I can't speak to that, unfortunately.  But I imagine that if you're not tied to a specific employer as even a part-time employee, your eligibility for FMLA may be rather limited.

 

Are you a member of a union?


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#5 Sam Kim

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Posted 01 January 2015 - 01:11 AM

 

I can't speak to that, unfortunately.  But I imagine that if you're not tied to a specific employer as even a part-time employee, your eligibility for FMLA may be rather limited.

 

Are you a member of a union?

 

600 eligible but dragging my knuckles on the ground to pay out the money to join.  :]  Contract services doesn't like my new media kind either.  


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#6 Bill DiPietra

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Posted 01 January 2015 - 01:31 AM

 

600 eligible but dragging my knuckles on the ground to pay out the money to join.

 

Since you're not in already, that will make things more difficult.  I would talk to the HR department to find out exactly what your status is regarding FMLA.


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#7 Mark Dunn

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Posted 01 January 2015 - 09:36 AM

Looks like the qualifying period is 12 months with the same employer, which probably rules you out. There's a payroll size qualifier as well.

From what I can see FMLA is the gateway to PFL, unfortunately.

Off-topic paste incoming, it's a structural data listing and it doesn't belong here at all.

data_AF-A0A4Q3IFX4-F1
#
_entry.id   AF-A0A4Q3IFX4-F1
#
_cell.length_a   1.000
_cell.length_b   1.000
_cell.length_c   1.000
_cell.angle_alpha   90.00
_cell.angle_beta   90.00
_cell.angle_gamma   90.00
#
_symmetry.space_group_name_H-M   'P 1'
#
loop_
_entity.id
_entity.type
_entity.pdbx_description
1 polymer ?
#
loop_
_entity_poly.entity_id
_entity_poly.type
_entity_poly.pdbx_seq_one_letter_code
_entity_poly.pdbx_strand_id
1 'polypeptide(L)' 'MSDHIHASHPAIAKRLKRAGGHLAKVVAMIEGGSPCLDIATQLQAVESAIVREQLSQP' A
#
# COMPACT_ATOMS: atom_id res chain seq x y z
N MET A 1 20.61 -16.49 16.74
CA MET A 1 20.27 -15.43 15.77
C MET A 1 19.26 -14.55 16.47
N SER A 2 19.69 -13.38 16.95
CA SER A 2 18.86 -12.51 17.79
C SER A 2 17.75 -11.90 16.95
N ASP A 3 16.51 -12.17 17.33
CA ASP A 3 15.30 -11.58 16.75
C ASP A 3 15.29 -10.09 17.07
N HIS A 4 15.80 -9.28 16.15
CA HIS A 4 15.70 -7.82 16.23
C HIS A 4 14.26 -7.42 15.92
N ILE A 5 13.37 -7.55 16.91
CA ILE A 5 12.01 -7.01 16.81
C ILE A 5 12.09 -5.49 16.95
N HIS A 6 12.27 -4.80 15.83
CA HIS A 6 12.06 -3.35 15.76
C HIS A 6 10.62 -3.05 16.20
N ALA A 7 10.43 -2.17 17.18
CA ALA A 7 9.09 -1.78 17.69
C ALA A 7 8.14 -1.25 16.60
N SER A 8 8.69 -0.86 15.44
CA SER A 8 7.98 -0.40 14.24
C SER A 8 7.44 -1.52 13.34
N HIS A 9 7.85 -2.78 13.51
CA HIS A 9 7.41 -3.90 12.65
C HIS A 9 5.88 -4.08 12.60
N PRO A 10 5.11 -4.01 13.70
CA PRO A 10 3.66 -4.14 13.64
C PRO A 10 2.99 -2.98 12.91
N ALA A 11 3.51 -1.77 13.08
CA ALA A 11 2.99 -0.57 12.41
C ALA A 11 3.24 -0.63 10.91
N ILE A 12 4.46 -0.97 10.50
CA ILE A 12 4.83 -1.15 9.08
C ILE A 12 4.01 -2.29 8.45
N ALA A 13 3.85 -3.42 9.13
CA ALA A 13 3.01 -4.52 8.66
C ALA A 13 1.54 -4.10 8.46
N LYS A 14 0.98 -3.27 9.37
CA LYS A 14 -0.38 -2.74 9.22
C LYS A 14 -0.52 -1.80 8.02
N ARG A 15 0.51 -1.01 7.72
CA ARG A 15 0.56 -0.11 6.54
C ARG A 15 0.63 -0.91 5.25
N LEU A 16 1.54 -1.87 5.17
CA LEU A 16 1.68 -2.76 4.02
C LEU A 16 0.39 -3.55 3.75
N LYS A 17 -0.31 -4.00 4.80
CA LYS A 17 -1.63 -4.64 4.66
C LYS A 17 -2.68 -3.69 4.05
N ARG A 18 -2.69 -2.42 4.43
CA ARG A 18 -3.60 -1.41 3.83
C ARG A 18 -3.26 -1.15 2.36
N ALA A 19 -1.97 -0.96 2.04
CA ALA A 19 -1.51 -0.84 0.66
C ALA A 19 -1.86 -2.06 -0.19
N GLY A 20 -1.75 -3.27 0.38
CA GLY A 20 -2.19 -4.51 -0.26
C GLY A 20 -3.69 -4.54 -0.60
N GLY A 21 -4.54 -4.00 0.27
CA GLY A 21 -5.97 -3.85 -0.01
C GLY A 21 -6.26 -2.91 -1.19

Edited by Mark Dunn, 01 January 2015 - 09:37 AM.

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#8 Richard Boddington

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Posted 01 January 2015 - 03:00 PM

Film workers rarely, if ever, qualify for government programs such as this.  Thanks to the "gypsy" freelance lifestyle most have to lead.  You are however expected to pay the same level of taxation as everyone else.  Kinda blows for most people.

 

R,


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#9 Mark Dunn

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Posted 01 January 2015 - 03:09 PM

The self-employed pay slightly less national insurance here (I think that would be 'social security' in the US) but of course get rather less for it.

One pays into a private scheme, if one can afford it, to compensate, but I fear that the answer to the OP's question is his own savings, which isn't going to help him in only six weeks.


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#10 Bill DiPietra

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Posted 01 January 2015 - 04:36 PM

...but I fear that the answer to the OP's question is his own savings, which isn't going to help him in only six weeks.

 

Yeah, unfortunately I think that will be the outcome as well.  Another reason full-time employment with benefits is nothing to scoff at these days.


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#11 Sam Kim

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Posted 02 January 2015 - 12:26 AM

hopefully someone in the PFL department will pick up tomorrow.  i've worked on and off for several companies for 3 years.  i'm also an adjunct professor at a school for 1.5 years so i'll see what that my benefit me also.

 

fingers crossed.